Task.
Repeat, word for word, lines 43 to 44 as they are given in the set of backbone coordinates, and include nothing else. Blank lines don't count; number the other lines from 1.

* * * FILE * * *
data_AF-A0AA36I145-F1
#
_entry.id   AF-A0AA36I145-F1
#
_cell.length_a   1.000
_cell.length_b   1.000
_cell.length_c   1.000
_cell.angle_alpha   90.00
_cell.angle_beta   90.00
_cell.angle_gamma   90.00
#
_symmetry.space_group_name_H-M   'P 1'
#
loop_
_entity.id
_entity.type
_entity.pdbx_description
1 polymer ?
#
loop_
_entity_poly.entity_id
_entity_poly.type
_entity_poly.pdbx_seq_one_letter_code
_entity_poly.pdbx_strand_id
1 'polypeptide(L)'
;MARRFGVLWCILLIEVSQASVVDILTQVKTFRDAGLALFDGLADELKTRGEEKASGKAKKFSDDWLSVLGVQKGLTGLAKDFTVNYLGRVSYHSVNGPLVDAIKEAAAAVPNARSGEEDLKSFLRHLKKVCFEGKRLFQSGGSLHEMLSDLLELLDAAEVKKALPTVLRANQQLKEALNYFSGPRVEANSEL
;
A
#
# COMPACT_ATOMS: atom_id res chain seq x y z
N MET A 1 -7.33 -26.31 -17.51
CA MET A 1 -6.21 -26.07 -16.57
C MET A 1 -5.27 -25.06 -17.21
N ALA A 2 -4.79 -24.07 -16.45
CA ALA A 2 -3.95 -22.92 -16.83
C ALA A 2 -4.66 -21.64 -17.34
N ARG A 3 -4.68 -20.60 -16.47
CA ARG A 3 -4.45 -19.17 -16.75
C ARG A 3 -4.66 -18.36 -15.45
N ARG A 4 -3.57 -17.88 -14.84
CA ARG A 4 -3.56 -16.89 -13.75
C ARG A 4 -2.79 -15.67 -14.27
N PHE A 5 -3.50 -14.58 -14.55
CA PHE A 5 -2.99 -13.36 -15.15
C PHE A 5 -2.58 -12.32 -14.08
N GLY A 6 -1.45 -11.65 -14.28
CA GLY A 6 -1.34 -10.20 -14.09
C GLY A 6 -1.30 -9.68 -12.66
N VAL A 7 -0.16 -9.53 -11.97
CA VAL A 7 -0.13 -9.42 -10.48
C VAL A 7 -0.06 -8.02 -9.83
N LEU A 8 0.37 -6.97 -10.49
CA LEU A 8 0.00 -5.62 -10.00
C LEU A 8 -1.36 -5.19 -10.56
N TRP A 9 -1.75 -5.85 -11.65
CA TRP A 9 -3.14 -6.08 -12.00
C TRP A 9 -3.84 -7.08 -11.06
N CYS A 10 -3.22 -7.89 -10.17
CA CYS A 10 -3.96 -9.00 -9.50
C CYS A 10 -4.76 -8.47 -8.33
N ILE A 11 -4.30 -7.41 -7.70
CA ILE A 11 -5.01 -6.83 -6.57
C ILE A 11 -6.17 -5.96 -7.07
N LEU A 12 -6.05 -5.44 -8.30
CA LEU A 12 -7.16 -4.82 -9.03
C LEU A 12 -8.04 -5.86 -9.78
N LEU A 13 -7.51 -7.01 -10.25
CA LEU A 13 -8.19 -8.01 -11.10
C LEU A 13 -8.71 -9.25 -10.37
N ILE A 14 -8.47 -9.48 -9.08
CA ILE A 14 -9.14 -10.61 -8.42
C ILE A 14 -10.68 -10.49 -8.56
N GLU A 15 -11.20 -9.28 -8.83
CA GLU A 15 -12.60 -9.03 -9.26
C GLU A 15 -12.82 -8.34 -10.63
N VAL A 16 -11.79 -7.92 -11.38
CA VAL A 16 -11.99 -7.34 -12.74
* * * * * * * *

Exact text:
N PHE A 5 -3.50 -14.58 -14.55
CA PHE A 5 -2.99 -13.36 -15.15